3. “I object to atheism, then, as a presumed reality with an enforcement wing (all ideologies eventually become militant, do they not?).” What is so “militant” about demanding evidence? If anything, religion has a power to enforce, we outsiders have none, so the assertion that atheism haas an “enforcement” wing is ridiculous based on demographics alone. Also, I obviously do not advocate for imprisoning people for having spiritual experiences – that was a strawman, deliberately constructed to attack my character instead of my reasoning. I even grant that some of these experiences have a basis in reality – it is by all means possible. But personal experience is by its nature – personal. What is one man’s experience is another’s hearsay. Until there is testable, repeatable, falsifiable evidence for the claim that there is any kind of spiritual realm, I cannot presume that there is one. There might be one, but neither of us truly knows that – not me, not you, not the spiritual guru, not the drug user, no one. All we have at hand is claims, supported by anecdotes. Should research be done about them? Of course. Should they be asserted based on unfalsifiable personal experience? Of course not! And are you seriously dismissing scientific standards of evidence as the mere establishment of a “playground” in an age where the same science has enabled our current way of life (including not having polio as a child, crossing previously impossible distances via aviation, having the free time and the tools – like computers – to have this very conversation, just to name a few things)? The toys from this “playground” demonstrably work. But even then, this is not enough to dismiss the right to choose one’s own time and manner of death. Even a spiritual experience can lead to opting for death, after all, so obstructing the choices of another person based on one’s own spiritual views is actually the “militant” thing to do. “I would urge anyone facing the choice to look into spirituality.” As I mentioned, I did so, albeit briefly and not fully on my own volition (it was mainly a result of sleep deprivation), but even if I didn’t – forcing people to “look into” spirituality to convince them to “disallow” suicide for themselves is just as coercive as the psychiatric practice you are so against.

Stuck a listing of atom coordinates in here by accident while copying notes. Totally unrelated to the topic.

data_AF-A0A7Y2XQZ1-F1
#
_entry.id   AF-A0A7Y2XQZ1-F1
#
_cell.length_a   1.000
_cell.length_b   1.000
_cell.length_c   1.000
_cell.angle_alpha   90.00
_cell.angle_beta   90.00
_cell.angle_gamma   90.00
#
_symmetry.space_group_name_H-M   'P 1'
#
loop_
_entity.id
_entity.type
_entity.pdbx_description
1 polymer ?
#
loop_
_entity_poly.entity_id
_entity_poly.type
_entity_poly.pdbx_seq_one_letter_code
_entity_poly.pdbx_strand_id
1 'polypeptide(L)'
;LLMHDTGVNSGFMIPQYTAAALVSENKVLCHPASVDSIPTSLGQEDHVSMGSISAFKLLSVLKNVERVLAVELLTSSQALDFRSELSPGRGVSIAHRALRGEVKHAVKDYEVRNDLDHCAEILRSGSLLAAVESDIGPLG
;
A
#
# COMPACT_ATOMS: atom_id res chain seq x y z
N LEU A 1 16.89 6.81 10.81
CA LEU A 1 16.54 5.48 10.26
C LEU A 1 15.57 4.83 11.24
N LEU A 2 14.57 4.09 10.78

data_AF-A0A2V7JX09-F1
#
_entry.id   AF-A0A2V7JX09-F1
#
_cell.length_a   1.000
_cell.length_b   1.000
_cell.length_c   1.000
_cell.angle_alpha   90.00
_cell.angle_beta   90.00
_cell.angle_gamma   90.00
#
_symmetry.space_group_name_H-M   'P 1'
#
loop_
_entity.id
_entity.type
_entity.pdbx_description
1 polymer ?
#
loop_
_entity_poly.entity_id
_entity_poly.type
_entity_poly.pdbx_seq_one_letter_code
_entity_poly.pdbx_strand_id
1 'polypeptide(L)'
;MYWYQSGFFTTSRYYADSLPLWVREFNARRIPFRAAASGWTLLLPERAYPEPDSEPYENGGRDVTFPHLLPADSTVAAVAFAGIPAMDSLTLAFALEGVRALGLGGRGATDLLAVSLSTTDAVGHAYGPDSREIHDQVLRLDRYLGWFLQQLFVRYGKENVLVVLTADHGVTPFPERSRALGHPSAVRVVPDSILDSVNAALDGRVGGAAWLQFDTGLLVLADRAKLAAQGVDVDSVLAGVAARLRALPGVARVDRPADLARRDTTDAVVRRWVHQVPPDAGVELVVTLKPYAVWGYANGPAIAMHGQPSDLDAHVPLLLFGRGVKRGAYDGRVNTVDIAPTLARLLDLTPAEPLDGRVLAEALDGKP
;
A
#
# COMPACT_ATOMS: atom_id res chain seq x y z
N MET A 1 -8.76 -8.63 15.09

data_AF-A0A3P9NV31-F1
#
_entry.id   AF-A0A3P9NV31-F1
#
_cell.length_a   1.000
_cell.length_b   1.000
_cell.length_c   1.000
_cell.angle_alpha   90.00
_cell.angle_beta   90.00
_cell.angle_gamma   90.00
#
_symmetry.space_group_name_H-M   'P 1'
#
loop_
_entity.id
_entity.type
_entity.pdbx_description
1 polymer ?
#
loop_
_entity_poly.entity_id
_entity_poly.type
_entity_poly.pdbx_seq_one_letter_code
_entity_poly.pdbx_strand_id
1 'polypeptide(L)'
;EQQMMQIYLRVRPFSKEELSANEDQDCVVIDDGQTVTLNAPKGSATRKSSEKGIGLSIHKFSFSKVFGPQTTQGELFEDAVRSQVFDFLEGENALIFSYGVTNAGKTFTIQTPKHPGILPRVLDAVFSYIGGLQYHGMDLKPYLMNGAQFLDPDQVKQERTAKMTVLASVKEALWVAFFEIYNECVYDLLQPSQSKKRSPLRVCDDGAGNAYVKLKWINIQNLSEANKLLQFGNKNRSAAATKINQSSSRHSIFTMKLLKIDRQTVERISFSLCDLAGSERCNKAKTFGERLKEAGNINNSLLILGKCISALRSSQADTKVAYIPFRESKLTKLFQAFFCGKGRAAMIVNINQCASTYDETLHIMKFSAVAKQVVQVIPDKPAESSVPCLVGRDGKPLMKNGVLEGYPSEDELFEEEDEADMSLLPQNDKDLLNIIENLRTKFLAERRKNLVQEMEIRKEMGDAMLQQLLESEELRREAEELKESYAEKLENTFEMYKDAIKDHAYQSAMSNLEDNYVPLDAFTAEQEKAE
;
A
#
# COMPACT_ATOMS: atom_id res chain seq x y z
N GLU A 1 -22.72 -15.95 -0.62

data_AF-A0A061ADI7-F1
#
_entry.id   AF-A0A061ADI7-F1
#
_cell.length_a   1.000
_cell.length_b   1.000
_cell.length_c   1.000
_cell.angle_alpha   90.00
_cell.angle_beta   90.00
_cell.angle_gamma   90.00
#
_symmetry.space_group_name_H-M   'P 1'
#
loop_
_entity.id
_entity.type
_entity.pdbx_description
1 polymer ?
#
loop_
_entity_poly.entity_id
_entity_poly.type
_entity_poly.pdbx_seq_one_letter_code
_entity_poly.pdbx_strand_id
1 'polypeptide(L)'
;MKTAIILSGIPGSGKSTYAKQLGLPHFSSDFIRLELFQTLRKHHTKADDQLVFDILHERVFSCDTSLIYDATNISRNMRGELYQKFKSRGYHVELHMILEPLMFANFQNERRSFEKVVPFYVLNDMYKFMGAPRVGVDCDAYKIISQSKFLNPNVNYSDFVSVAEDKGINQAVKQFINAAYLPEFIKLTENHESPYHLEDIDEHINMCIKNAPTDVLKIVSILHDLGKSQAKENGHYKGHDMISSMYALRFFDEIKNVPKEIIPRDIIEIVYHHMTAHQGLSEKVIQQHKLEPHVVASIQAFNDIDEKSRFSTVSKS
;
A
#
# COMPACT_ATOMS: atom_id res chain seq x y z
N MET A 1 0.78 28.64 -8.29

4. “Her ego had decided to kill herself, but there were whole parts of her personality that she simply wasn’t aware of, and that wanted to live…It was lucky for her that she still had the strength to snatch the rag off her face. Other people will not be so lucky.” Sure, there are cases where fear and survival instinct might surface and a last-minute change of plan is initiated. This is why I advocate for equal access to better methods, including ones that don’t allow for a period of altered consciousness and panic reactions to take place; while I do agree with you that the decision should not be made without careful consideratiion (which I have already done). The stories of people who changed their minds are the ones that get public attention, used – as you have used them – as an argument to discourage suicide on the whole. This has no more merit to it as the argument that lesbians “just haven’t met the right man yet” or that childfree and antinatalist people are going through a “phase” and their primal instinct of procreation will eventually triumph. While this does happen in some cases, it’s not all of them. Many people try again, after they have been “rescued”, by the way, so this argument cuts both ways. And yes, the prospect of becoming irreversibly crippled is the main reason that keeps me from trying again until I have access to a way that is reasonably certain and/or (non-professional) assistance that ensures there is no possibility for failure.